Detroit is home to numerous private collections of significance. On this bus tour, you will have the opportunity to see three of collections with different foci.

First, we will visit the collection of Larry Smith, who has a little something for everybody. He has the best of every genre, from American station wagons of the 1960s to coachbuilt cars of the pre-war era, to the priceless Italian sports cars of the 1960s. The highlight of the collection is his Stout Scarab, which predated the minivan by half a century and remains an Art Deco design icon.

From there, we will motor to Buck Mook's house, affectionally known as "the Mookseum" by his friends. Buck is a retried design executive from Ford Motor Company and a member of the RROC. Among his numerous design accomplishments, he designed a generation of the Ford Mustang. His collection of automobilia is epic. He has the original styling model of the Packard Predictor on a shelf. That shelf also contains the original styling model of the Lincoln Mark II. And that is just the tip of the iceberg. He owns original automotive advertising art from the apex of GM's print ad days; the 1960s.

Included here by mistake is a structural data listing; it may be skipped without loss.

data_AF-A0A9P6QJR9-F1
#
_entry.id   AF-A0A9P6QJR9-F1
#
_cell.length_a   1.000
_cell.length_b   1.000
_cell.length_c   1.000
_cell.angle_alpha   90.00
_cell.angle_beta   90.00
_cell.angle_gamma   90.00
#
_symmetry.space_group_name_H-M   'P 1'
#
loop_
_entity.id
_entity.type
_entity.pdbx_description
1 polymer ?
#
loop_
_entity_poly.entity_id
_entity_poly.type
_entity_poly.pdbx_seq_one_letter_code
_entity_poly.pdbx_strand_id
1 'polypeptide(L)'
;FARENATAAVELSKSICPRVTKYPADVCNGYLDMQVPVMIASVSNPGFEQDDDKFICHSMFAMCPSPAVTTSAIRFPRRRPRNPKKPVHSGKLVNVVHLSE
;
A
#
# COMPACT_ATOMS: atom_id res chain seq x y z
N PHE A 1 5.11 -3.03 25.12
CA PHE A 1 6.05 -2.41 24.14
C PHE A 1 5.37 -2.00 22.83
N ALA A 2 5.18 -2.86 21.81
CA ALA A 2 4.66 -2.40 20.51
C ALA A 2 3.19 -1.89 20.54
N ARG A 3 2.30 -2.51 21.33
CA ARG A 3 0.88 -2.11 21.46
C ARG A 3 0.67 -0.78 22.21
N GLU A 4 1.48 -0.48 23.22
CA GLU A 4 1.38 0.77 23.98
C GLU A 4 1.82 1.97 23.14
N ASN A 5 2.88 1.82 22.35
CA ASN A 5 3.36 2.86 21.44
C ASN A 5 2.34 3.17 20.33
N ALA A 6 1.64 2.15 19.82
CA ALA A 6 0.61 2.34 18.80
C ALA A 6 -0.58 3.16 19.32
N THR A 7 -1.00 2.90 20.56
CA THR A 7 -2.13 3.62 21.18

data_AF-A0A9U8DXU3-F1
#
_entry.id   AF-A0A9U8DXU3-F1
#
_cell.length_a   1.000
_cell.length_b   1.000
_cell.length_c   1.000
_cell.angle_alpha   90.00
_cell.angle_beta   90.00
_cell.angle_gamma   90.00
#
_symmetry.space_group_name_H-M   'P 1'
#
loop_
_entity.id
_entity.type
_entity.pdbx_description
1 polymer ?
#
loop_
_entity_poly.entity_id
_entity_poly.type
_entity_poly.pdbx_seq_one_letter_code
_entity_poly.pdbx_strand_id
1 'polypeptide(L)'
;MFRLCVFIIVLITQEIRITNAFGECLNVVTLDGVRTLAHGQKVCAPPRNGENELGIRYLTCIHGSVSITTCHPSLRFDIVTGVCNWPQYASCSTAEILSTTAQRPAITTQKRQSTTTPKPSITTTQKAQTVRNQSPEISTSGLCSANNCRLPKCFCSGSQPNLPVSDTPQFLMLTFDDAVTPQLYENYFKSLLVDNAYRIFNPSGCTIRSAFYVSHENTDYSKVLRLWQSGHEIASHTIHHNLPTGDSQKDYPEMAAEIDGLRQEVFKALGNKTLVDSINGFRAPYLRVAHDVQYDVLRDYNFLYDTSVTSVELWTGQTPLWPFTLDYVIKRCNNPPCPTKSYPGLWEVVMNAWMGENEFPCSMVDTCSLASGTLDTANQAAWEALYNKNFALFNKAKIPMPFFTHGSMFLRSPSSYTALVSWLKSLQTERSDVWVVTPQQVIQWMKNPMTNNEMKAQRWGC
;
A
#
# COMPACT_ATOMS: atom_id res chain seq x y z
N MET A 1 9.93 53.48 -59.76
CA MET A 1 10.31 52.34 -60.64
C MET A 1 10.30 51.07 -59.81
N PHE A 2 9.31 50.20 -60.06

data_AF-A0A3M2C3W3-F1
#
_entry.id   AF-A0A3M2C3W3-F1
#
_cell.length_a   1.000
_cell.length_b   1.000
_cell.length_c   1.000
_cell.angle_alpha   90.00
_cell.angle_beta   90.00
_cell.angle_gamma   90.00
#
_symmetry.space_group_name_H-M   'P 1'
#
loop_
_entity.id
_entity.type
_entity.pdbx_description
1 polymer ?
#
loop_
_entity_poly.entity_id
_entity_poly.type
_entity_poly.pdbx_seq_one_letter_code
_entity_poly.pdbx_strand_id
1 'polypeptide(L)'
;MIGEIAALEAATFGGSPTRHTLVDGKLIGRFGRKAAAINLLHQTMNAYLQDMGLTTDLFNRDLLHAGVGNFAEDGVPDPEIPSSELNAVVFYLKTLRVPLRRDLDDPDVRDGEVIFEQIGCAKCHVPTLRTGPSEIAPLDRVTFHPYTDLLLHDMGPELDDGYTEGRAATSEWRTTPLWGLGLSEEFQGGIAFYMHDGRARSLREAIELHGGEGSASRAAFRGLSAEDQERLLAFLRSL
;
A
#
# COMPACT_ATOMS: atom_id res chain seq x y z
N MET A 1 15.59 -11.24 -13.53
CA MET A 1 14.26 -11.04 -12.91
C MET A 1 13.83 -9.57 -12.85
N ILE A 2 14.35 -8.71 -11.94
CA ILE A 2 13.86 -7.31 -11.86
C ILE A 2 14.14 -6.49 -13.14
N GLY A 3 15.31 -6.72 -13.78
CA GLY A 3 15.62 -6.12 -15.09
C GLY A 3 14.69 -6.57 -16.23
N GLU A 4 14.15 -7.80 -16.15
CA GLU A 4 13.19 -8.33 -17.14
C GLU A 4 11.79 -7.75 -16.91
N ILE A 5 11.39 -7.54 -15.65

You will see his vintage design sketches and some of the cars from his collection, which includes a Ford once owned by Henry Ford II and bodied to look like a Cisitalia. Words cannot describe the treasure trove of enthusiast-oriented material on display.

From there we will go to Ken Lingenfelter's collection. Born the son of a General Motors executive, Ken grew up with a lust and appreciation for stylish, high-performance automobiles. Finding success in the real estate settlement industry, Ken bought his first Corvette in 1977. Additional cars were acquired, as his passion for performance cars grew. Having sold his company, he has dedicated himself to assembling a collection of significant muscle cars, Corvettes, and exotic European cars from around the world.

Ken owns an example of every modern supercar available for the last couple of decades. Here, Veyrons and Aventadors are the ordinary cars. It is not to be missed.